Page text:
37 Gs for 140 characters: at U of Iowa, money grows on tweets
From a dearth of characters
Money grows on tweets
Fortunately for John Yates, his recent try at haiku was substantially stronger than our attempt to tell the story of his unusual scholarship in 17 on. Last week, Yates won a full financial award package (valued at $37,240) from the University of Iowa Tippie School of Management for writing the best application tweet. He did so with haiku:
Innovative and driven
Tippie can sharpen"
The "application tweet" was offered as an alternative to the school's traditional long-form application essay question. The contest challenged candidates to answer the essay question in 140 characters or less. But, as Mashable reported Saturday, the contest did not require the candidates to literally tweet their responses, and Yates did not tweet his.
Yates (left, photo from uiowa.edu), 33, has experience working in China and Thailand and currently provides cultural and language training for Berlitz to international diplomats and business executives in Houston.
"Mr. Yates had the discipline and creativity to submit a tweet by writing a haiku," the tweet judging committee said in a release. "He has taken one of the newest modes of communication in Twitter and one of the oldest forms of poetry in haiku and combined them into one winning entry."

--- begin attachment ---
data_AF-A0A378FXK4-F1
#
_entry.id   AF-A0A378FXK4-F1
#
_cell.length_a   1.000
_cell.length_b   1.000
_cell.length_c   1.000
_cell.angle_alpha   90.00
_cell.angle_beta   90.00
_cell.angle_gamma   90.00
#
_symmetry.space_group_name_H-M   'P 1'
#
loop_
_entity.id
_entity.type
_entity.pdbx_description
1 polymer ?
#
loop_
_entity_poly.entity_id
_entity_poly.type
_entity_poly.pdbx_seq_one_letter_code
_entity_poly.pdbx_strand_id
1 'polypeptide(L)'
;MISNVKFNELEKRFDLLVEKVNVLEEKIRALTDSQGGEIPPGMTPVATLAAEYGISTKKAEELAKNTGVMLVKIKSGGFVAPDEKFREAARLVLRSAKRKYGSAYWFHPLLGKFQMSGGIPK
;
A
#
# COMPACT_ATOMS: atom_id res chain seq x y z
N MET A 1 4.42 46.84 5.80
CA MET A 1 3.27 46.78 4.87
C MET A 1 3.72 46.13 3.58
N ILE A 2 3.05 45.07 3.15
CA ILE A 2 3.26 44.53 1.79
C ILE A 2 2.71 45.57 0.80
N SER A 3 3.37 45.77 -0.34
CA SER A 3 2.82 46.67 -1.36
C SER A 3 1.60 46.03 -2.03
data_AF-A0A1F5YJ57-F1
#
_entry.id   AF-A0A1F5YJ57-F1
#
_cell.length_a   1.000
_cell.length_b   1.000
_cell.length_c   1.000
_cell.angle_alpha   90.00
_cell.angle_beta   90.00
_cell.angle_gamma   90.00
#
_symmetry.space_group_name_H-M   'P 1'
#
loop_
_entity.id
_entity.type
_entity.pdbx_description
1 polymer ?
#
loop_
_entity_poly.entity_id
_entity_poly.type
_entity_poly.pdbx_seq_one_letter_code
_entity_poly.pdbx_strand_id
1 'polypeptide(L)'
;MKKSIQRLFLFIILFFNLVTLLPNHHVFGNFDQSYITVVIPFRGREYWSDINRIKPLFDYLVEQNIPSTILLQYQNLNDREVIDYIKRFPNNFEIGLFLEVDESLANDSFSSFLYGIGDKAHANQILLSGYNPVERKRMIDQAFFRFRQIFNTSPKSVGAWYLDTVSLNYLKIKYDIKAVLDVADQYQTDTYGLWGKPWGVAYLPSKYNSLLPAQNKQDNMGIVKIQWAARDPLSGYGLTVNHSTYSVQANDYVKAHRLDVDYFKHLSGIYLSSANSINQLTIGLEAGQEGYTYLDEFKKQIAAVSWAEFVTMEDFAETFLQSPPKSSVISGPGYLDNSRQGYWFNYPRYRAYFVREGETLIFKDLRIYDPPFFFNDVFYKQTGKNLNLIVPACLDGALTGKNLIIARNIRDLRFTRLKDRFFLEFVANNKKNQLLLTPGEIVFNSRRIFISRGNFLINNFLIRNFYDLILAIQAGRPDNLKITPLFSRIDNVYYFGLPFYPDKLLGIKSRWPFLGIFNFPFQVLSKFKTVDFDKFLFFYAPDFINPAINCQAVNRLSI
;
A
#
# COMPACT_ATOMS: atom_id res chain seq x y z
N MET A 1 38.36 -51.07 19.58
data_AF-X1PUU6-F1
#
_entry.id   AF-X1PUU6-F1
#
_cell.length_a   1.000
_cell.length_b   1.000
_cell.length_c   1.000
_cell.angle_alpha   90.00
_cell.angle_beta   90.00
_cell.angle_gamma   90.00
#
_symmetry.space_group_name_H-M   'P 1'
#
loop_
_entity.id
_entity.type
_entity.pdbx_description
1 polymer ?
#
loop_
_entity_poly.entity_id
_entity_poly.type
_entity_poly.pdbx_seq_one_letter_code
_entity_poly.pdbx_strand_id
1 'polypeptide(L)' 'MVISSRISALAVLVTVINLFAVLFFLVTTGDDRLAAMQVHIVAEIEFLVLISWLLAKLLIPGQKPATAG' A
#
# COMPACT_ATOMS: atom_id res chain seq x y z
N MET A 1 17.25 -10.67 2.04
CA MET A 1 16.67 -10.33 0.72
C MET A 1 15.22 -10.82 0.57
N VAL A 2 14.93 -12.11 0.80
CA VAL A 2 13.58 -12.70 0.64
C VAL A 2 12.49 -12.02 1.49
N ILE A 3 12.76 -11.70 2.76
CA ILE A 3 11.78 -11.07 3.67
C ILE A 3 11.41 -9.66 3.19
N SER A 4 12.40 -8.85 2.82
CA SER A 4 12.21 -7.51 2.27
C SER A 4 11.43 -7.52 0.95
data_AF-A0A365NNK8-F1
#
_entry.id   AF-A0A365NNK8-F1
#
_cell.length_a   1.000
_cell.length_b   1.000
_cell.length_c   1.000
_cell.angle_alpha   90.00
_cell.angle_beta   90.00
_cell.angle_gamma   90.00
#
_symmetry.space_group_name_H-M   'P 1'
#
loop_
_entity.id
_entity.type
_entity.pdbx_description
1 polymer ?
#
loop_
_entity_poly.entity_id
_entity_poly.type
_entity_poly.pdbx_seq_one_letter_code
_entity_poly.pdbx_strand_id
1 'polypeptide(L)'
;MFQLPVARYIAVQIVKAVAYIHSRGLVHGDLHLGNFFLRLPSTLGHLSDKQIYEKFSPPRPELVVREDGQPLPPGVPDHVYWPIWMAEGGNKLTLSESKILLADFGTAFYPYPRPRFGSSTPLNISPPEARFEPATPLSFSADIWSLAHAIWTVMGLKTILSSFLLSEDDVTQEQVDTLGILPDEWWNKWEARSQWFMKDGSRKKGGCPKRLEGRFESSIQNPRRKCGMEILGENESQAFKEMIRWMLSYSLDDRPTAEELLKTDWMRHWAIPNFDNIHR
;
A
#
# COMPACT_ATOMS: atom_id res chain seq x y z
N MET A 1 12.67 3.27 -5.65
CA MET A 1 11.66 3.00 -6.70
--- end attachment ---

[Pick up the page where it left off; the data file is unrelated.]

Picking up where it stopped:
This winning entry was the result of a pilot program by Tippie's full-time MBA program as it considers adding an application tweet to its application process. To encourage applicants to participate this year, the program offered the tuition award to the best tweeter. Candidates were asked to tweet about why they would be a good Tippie MBA candidate and future MBA hire in 140 characters or less.
Potential MBA hopefuls submitted 58 tweets for consideration; eight were from applicants subsequently accepted into the program after meeting the admission requirements. Those requirements include such factors as academic performance, entrance test scores, work experience, a traditional essay and the admissions interview. The tweets from those eight were then considered for the financial award.
Jodi Schafer, director of admissions for Tippie's full-time program, was pleased with the results of the first application tweet.
"Social media is fast becoming a powerful business tool, so we want our applicants to demonstrate an ability to use it," she said in the release. "We received many entries that were really cutting edge and showed how some candidates fully embraced and understood social media. We also received submissions from candidates who did not take full advantage of the ability to link to other media, which might have been the result of the quick turnaround time."
The tweets were judged by a committee made up of alumni and College of Business faculty and staff. Three finalists were chosen by the committee and the winner was selected by the Tippie College of Business dean, William "Curt" Hunter.
Yates will start classes at Tippie later this month.